Offering both graduate and undergraduate classes, MIT Open Courseware is like enrolling at the Ivy League college, only for free. You won't get a degree when you're done, but you do get a top-notch education from some of the brightest minds in the world.

Covering a range of topics from architecture to management since 2002, the Cambridge, Mass.-based classes may be accompanied by audio and video, and some are available in several languages. "Introduction to Computer Science and Programming" is the most visited course, but other topics in the electrical engineering and computer science category dig deeper with analysis of artificial intelligence, instruction on C++ programming, and insight on user interface design and implementation.  

The Open University's Learning Space

Best for: Computing, information and communication technologies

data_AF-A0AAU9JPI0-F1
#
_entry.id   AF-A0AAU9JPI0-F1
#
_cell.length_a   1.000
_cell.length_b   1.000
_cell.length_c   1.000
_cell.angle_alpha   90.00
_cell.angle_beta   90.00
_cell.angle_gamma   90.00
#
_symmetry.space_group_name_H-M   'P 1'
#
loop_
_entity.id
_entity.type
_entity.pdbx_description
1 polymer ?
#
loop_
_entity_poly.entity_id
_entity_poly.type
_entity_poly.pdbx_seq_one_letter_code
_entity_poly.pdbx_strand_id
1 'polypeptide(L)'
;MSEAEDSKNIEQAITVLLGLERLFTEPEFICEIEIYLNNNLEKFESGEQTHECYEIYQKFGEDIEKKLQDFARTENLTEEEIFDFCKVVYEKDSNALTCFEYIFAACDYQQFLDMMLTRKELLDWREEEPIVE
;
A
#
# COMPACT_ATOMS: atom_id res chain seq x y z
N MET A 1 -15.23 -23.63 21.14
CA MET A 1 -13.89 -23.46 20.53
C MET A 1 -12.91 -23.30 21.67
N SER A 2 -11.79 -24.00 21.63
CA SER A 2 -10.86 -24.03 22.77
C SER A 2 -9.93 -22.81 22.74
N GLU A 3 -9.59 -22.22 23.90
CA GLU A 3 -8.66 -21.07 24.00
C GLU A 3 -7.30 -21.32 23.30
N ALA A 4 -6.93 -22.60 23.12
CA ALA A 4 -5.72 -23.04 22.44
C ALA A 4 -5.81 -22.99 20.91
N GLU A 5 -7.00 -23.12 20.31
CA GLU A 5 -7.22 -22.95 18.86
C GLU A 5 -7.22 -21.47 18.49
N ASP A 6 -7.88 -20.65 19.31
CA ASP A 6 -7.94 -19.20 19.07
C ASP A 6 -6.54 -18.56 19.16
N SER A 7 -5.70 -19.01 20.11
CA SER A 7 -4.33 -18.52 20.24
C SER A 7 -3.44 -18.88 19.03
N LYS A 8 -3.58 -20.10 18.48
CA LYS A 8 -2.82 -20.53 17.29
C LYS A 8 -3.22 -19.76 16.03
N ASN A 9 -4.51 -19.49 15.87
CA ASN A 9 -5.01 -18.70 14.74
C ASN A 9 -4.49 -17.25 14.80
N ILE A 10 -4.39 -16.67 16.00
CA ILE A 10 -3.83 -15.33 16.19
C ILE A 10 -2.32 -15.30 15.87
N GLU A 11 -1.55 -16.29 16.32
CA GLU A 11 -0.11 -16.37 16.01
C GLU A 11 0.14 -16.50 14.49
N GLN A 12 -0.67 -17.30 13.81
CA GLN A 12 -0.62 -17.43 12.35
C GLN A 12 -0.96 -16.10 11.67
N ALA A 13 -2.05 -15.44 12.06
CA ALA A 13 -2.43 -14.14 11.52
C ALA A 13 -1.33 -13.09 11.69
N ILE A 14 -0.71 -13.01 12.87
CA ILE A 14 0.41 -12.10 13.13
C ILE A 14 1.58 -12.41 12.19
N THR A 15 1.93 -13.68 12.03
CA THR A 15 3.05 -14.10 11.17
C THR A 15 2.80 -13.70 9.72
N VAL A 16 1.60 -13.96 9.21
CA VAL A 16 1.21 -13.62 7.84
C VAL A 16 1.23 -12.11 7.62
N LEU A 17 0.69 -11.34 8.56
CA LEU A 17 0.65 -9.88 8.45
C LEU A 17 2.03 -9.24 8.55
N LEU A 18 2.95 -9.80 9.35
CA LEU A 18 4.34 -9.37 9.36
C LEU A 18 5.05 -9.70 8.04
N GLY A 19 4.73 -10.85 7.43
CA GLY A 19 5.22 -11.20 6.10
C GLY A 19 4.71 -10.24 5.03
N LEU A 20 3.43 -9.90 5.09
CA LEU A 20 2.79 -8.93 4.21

Similar to MIT's OpenCourseWare, the Open University's Learning Space collects more than 600 free online courses on one website. But the distance learning institution, founded in 1969 and based in Milton Keynes, U.K., offers courses with a stronger international bent.

Ranging from introductory to advanced, the coursework can take up to 50 hours of study time for a single topic. The courses include exhaustive, expert looks at subjects such as electronic government operations, representing and manipulating data in computers, and enterprise software development. The network security course, which is highly rated among users, explains the finer points of firewalls and encryption. 

Shortstack University

Best for: Facebook marketing
In an era of 140-character Twitter posts, long-winded lectures can sometimes be too much to take. Shortstack University capitalizes on shorter attention spans by posting a brief video every week that explains the basics of Facebook page management.